Hacker Turns Profit on Carbon Credits

Wednesday, February 2, 2011 @ 07:02 PM gHale

A savvy hacker that has a solid understanding of how the European Union’s CO2 emissions allowances electronically trade, broke through electronic security systems and transferred millions of virtual certificates that have a very real street value to several different locations.

After accomplishing that feat, it then looks like the perpetrator resold the goods for a handsome profit before authorities knew what happened, according to a published report from Dow Jones.

Power companies and industrial polluters in the European Union need a CO2 emissions certificate for every ton of greenhouse gas they emit in their operations. It’s an added cost to production so to reduce the cost, they have to either cut pollution or get credits for a good price.

Each certificate, or allowance or credit, is worth roughly $19.85 (€14.4).

What began last November as an isolated $31.7 million (€23 million) theft in Romania has turned into a pan-European string of cybercrime, with $25.8 million (€18.7 million) stolen in Prague last week and another $9.7 million (€7 million) in Austria earlier this month. Some of the allowances stolen from Romania were the very same ones stolen last week in Prague.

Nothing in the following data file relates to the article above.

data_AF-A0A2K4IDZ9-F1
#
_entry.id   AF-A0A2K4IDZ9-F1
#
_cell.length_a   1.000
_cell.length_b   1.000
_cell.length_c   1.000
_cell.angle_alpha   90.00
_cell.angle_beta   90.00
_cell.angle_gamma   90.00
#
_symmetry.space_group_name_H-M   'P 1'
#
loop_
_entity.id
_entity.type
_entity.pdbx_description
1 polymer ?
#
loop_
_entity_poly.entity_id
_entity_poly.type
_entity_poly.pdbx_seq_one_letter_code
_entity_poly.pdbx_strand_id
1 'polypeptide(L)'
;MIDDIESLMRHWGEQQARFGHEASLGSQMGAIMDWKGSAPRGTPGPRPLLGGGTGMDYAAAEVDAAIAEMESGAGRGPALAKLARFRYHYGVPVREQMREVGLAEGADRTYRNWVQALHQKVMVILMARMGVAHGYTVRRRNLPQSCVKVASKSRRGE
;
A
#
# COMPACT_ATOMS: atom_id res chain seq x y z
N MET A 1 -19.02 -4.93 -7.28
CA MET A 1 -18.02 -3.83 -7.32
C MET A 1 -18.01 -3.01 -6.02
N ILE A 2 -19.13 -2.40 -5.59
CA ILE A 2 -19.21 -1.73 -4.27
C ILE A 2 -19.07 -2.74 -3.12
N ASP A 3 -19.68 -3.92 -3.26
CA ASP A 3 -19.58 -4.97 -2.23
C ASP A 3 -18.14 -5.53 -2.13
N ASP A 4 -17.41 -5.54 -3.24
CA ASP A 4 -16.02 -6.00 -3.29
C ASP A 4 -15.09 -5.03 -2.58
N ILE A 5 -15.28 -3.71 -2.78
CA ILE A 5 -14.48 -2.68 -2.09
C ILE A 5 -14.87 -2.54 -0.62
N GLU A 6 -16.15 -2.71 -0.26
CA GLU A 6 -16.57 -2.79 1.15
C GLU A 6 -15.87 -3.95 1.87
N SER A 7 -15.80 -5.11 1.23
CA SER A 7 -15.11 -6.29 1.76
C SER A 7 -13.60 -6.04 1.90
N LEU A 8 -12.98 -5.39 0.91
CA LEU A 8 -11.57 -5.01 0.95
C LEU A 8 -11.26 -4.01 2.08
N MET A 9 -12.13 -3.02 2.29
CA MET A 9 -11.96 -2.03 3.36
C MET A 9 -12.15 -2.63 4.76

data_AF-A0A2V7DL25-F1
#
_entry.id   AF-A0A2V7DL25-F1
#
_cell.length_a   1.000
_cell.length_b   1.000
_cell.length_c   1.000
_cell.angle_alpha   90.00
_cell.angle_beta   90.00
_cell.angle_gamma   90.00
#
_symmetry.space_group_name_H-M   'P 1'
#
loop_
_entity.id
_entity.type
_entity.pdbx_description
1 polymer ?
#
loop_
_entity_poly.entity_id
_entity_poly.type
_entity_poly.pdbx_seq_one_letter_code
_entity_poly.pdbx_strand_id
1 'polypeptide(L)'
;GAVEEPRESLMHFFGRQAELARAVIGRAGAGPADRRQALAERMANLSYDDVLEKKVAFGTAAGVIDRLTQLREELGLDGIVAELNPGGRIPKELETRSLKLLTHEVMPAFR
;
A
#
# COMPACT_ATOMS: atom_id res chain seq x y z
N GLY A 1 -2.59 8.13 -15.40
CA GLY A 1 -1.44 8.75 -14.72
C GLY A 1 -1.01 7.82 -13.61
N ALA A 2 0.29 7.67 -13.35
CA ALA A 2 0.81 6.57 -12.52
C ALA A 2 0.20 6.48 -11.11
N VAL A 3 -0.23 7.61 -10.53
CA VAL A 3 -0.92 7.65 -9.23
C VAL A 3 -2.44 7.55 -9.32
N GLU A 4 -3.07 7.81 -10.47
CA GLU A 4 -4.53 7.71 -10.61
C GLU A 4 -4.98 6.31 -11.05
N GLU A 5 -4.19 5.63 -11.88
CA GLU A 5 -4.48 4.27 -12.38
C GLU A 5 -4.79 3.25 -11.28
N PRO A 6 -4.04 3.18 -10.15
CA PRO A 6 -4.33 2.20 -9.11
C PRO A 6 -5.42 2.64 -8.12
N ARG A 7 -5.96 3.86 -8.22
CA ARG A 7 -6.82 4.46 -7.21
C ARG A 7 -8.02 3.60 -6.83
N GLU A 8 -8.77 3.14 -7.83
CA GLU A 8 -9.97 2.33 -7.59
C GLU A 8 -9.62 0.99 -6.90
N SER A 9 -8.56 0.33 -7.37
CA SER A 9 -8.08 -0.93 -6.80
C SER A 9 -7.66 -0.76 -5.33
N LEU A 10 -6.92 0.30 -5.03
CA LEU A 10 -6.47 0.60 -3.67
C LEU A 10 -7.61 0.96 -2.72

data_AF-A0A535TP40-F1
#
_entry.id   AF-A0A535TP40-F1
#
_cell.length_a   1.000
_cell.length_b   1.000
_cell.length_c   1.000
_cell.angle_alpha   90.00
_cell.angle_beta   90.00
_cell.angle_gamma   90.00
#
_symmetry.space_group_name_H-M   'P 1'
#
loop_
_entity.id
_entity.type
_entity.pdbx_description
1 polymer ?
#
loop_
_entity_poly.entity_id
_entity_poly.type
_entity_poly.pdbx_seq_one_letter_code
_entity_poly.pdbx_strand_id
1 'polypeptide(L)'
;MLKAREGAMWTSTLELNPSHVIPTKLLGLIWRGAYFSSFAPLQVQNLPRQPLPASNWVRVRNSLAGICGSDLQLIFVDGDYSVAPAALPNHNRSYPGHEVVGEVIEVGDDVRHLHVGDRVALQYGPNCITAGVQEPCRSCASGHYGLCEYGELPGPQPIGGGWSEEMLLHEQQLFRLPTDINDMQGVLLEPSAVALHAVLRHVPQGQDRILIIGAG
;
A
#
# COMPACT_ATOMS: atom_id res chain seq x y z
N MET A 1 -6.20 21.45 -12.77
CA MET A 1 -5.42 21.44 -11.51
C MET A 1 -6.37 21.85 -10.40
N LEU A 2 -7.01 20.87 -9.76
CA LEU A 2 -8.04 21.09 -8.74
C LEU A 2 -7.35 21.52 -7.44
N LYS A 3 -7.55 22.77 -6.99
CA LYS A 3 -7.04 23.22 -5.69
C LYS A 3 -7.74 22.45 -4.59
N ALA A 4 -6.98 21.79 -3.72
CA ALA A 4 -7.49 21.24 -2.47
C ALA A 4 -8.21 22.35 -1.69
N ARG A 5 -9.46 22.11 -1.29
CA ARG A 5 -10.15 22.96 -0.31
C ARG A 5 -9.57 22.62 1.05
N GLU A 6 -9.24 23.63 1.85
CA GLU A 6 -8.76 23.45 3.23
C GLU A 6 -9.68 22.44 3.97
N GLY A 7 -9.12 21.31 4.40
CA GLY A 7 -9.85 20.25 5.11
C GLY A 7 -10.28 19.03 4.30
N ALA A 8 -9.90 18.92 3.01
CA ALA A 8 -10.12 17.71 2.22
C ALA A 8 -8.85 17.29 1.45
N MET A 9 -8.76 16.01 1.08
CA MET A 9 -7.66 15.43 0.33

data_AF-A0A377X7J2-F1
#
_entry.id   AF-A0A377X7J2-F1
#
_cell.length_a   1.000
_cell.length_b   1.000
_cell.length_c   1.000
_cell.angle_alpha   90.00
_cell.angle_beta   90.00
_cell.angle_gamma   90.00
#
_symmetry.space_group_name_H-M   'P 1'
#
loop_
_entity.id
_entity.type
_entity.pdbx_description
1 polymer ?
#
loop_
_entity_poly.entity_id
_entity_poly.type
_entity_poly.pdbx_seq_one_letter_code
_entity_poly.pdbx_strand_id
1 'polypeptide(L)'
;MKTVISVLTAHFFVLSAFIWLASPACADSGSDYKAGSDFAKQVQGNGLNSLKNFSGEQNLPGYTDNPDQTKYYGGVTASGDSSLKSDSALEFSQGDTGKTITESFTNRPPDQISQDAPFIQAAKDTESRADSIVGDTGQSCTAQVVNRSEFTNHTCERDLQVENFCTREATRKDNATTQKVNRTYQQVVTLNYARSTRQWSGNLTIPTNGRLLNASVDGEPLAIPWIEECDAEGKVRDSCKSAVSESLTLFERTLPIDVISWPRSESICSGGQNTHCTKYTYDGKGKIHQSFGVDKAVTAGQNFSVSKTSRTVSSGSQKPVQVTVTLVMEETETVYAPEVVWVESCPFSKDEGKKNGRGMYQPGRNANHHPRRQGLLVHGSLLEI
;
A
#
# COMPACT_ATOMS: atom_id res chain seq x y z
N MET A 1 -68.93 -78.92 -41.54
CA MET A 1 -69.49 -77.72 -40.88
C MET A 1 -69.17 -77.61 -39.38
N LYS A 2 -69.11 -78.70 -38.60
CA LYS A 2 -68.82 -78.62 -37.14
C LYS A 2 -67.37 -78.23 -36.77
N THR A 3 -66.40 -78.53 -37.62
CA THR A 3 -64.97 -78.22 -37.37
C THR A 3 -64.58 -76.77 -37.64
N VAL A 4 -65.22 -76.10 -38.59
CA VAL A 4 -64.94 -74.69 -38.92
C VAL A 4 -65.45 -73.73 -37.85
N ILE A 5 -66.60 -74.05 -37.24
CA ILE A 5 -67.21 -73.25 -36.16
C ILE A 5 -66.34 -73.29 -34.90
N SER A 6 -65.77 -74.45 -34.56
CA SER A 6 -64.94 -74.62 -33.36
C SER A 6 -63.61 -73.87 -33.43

Throughout the EU, registry operators, local police and EU officials are trying to find out how this criminal perpetrates the crime and how to stop it. The European Commission has temporarily halted trading of the allowances.

Computers and software are having a hard time tracking the allowances.

The problem is right now they must check allowances manually, comparing numbers in one list with those in another with human eyes. Because individual numbers do not undergo an electronic check, traders largely ignore the risk they may be dealing with stolen property.

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